The Federal Reserve Board on Friday announced that, starting in June, commercial mortgage-backed securities (CMBS) and securities backed by insurance premium finance loans will be eligible collateral under the Term Asset-Backed Securities Loan Facility (TALF).The Fed was "talked" into extending the term-length of eligible TALF loans in order accommodate the CMBS market. The duration of commercial real estate loans are typical longer other types of loans.
The CMBS market came to a standstill in mid-2008. The inclusion of CMBS as eligible collateral for TALF loans will help prevent defaults on economically viable commercial properties, increase the capacity of current holders of maturing mortgages to make additional loans, and facilitate the sale of distressed properties. CMBS accounted for almost half of new commercial mortgage originations in 2007.
The Board also authorized TALF loans with maturities of five years. Currently, all TALF loans have maturities of three years. TALF loans with five-year maturities will be available for the June funding to finance purchases of CMBS, ABS backed by student loans, and ABS backed by loans guaranteed by the Small Business Administration.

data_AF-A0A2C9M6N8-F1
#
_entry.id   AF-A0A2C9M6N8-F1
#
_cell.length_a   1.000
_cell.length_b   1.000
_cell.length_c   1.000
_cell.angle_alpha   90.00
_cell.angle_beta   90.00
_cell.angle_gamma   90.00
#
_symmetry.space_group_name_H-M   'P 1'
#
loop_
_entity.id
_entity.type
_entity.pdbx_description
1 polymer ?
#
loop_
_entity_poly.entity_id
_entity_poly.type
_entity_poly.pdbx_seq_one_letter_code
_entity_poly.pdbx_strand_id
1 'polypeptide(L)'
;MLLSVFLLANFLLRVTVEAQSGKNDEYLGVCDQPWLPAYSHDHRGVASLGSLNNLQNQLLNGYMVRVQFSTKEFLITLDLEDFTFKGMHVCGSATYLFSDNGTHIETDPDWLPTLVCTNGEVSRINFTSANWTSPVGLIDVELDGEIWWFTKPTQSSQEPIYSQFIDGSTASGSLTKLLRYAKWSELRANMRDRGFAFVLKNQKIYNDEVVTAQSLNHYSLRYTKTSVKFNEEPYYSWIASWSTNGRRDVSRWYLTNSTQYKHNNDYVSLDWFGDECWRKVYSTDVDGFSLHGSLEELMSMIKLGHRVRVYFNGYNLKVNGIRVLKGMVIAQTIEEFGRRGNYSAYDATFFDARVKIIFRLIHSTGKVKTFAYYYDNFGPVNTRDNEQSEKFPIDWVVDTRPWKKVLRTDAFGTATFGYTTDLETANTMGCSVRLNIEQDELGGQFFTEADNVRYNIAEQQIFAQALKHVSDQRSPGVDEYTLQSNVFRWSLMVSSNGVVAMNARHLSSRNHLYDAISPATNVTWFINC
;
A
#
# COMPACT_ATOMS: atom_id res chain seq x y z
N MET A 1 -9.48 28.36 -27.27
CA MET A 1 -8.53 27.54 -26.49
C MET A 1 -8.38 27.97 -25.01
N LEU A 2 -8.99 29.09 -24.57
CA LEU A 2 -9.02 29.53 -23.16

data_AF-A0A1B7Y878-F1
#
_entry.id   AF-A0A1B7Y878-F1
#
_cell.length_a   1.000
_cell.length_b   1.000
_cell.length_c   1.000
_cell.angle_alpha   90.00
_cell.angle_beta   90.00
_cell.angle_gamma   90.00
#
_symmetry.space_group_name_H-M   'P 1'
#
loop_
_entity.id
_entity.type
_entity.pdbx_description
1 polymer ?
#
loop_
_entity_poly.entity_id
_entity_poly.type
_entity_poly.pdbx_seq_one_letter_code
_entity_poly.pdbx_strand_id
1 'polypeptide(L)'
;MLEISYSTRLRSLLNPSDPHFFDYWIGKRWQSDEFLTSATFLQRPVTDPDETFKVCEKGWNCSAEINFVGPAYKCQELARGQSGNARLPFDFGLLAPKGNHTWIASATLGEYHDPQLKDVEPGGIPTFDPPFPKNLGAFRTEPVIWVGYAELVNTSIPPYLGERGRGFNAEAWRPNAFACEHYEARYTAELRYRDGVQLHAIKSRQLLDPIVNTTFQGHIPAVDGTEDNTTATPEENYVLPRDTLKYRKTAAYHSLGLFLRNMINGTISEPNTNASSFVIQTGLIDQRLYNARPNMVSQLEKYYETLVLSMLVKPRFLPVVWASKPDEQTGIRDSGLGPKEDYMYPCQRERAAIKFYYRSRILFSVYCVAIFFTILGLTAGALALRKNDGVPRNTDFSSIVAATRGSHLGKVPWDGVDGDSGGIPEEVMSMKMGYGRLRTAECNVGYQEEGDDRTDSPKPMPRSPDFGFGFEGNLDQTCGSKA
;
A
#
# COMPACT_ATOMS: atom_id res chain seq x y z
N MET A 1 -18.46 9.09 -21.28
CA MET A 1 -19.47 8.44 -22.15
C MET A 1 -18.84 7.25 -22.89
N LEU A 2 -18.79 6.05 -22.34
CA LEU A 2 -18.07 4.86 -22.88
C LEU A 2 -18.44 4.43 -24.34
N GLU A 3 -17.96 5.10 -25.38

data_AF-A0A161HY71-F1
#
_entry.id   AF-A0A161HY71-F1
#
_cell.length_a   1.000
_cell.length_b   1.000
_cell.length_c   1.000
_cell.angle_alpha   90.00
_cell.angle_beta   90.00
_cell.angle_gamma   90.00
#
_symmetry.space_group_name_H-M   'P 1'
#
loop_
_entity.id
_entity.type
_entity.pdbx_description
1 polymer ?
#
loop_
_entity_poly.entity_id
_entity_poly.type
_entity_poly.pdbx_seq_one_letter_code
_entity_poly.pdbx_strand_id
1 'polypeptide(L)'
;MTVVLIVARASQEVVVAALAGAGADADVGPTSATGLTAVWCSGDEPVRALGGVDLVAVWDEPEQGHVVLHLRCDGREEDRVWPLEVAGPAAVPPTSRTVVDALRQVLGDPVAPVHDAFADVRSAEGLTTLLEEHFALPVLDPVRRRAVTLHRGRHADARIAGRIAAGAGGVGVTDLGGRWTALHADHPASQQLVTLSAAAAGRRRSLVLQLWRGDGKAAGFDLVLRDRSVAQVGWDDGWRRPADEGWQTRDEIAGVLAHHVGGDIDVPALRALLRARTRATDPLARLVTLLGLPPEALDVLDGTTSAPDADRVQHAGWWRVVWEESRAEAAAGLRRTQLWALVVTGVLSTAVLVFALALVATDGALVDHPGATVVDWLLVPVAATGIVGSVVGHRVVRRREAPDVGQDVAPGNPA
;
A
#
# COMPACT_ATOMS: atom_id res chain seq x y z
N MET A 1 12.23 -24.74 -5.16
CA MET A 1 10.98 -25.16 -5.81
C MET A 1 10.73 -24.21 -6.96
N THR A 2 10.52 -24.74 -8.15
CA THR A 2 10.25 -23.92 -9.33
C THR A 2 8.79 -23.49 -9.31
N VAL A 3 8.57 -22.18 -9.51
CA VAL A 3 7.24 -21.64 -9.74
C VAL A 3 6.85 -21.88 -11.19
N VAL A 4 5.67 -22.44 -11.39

By extending the term of TALF loans, the Fed's exit strategy just got a little more hazy. If inflation pressures start to turn around, which is not expected for at least a year or two out, the Fed will not be able to unwind the longer-term TALF funds. The Fed has announced up to $1 trillion in TALF funding, but the current limit sits at $200 billion; and of that, $100 billion is currently available for the 5-year loans.
The Fed will watch this program closely, having indicated that the size and scope of the program could be increased.